U.S. Secretary of Transportation Ray LaHood, right, Amtrak CEO and President Joseph Boardman, left, and U.S. Secretary of Homeland Security Janet Napolitano announce a partnership to combat human trafficking on Amtrak trains. (Photo: Jim Watson, AFP/Getty Images)
WASHINGTON -- Amtrak, in collaboration with federal agencies, plans
to train 8,000 employees nationwide about the dangers of human
trafficking and the signs that go along with the often hidden crime.
materials from the U.S. Department of Homeland Security and the U.S.
Department of Transportation, Amtrak workers in all of its service areas
-- 46 states, Washington, D.C., and Canada -- will learn how to
identify trafficking victims and how to report potential crimes,
officials announced Thursday.
"We welcome partnerships that
expand the reach of individuals who can help us to identify potential
human trafficking victims," Homeland Security Secretary Janet Napolitano
said. "Transportation workers, including Amtrak police, train
conductors, and ticket counter staff and others come into contact with
thousands of people on a daily basis, making them well positioned to
identify situations that don't seem quite right."
that, once victims are identified, her agency can prosecute traffickers
and bring justice to thousands caught up in such enterprises. Last
year, U.S. Immigration and Custom Enforcement initiated more than 700
human trafficking investigations that resulted in more than 900 arrests,
400 indictments and 270 convictions, she said.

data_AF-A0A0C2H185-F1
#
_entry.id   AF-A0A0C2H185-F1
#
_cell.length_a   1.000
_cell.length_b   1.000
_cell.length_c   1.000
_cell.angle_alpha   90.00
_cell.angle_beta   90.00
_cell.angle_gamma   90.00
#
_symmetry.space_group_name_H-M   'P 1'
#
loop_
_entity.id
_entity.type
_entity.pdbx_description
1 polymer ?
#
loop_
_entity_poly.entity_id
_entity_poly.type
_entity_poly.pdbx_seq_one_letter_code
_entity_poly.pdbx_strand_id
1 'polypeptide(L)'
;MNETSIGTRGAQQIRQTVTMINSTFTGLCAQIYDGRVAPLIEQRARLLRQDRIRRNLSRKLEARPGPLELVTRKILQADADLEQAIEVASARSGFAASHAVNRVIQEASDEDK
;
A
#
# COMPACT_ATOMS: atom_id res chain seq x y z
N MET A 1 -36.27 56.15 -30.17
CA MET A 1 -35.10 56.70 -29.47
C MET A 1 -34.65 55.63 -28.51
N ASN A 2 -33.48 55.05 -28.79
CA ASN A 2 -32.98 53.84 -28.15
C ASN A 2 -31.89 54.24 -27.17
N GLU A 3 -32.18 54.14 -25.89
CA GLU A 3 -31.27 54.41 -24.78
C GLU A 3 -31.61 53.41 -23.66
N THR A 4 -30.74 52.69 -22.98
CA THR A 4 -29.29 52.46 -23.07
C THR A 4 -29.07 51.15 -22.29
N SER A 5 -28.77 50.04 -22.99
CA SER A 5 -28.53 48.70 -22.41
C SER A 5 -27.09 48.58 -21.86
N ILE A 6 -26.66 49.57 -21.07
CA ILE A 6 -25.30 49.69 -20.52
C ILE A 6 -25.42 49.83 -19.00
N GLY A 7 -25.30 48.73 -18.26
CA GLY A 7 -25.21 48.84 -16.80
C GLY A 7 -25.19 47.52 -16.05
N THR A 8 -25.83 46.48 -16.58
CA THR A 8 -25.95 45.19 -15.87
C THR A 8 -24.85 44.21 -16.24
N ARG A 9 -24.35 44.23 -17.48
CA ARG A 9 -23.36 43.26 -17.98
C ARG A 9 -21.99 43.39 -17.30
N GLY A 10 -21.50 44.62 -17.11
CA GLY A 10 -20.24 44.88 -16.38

As part of the new
initiative, Amtrak managers will view online videos about trafficking,
and regularly scheduled crew briefings will including talks about
trafficking victims, said Joseph Boardman, president and CEO of the
There is no indication that Amtrak trains have been
used for human trafficking, Boardman said. However, he sees the plans as
preventing the crime from making its way onto trains.
want to ignore that there is a problem going on and not be helpful," he
said. Airline employees already receive similar trafficking training
through the Blue Lightning Initiative launched in January, said Ray
LaHood, U.S. Secretary of Transportation.
"We cannot let the
American transportation system be an enabler to these criminal acts,"
LaHood said. "Raising awareness can save lives. Anytime someone travels
by plane, train, bus or car they have a responsibility to keep an eye
out for these activities. It can be as simple as a passenger alerting
staff that they see a child on a train that doesn't appear to know the
people she is with or an Amtrak employee calling in with a tip."
Meanwhile, Boardman said he hopes to expand the program in the future.
is still much more work to do," Napolitano said. "Our fight against
human trafficking is one of the great human rights causes of our time."